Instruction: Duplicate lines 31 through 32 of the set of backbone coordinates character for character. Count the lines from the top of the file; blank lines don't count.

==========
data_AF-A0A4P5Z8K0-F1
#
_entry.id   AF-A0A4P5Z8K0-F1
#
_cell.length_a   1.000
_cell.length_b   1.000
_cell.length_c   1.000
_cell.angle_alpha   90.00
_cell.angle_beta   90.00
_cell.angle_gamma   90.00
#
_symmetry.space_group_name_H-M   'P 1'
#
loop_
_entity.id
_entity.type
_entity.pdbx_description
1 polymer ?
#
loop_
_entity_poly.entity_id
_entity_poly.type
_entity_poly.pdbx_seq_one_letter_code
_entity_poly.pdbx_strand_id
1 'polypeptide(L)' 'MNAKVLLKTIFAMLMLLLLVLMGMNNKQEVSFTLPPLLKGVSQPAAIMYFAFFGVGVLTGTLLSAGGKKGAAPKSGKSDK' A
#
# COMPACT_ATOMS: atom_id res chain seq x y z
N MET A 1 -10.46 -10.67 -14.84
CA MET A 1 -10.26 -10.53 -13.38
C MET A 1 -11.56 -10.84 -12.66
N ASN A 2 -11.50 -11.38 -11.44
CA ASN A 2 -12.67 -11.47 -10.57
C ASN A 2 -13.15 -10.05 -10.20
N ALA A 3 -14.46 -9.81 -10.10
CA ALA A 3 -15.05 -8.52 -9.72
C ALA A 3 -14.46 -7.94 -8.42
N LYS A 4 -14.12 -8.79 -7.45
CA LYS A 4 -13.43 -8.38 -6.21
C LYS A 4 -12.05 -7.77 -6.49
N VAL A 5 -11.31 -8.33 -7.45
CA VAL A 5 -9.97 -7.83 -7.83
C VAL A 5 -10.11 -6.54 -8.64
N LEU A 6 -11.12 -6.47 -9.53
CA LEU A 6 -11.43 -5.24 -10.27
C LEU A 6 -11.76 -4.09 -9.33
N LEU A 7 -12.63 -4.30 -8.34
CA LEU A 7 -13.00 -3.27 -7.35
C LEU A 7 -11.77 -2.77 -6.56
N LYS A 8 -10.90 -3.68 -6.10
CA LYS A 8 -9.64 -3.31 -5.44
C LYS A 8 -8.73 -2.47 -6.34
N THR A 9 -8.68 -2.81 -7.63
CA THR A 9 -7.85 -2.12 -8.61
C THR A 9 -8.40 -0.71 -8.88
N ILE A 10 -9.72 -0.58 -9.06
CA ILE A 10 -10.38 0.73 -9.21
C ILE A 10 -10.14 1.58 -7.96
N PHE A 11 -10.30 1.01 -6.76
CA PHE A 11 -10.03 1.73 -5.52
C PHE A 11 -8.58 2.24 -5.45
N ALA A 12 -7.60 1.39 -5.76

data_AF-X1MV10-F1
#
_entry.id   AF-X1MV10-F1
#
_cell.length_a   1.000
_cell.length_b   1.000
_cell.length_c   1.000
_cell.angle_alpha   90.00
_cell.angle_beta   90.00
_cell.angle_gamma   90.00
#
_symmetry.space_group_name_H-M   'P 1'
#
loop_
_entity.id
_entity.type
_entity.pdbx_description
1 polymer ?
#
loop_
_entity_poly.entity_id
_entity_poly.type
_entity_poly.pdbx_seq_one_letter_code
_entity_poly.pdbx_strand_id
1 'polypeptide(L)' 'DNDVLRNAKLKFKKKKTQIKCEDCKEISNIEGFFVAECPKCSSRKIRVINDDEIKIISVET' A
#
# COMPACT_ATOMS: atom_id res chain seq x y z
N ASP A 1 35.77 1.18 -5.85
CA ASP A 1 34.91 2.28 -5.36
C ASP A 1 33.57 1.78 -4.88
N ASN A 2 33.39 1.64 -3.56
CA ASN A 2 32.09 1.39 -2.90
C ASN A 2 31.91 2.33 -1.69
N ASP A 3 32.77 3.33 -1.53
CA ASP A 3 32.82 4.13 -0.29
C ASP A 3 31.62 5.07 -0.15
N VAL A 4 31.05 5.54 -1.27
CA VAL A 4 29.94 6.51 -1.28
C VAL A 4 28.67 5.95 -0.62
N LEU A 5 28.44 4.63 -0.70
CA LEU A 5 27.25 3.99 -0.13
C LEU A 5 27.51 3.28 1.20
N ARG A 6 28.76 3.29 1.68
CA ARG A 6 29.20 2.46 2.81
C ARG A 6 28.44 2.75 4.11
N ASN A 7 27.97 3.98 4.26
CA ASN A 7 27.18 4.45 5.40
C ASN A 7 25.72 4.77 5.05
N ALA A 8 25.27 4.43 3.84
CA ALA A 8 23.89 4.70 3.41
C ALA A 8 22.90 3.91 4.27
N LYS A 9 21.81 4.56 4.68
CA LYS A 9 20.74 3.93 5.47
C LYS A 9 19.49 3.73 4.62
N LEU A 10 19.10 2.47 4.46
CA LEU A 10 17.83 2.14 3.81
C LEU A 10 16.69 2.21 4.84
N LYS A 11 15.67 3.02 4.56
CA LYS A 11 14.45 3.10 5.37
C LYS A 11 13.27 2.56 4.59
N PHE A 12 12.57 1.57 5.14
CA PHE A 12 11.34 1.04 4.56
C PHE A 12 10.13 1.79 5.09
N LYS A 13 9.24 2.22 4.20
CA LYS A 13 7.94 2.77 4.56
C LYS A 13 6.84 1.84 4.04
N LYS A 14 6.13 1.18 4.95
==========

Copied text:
N ASN A 2 -11.50 -11.38 -11.44
CA ASN A 2 -12.67 -11.47 -10.57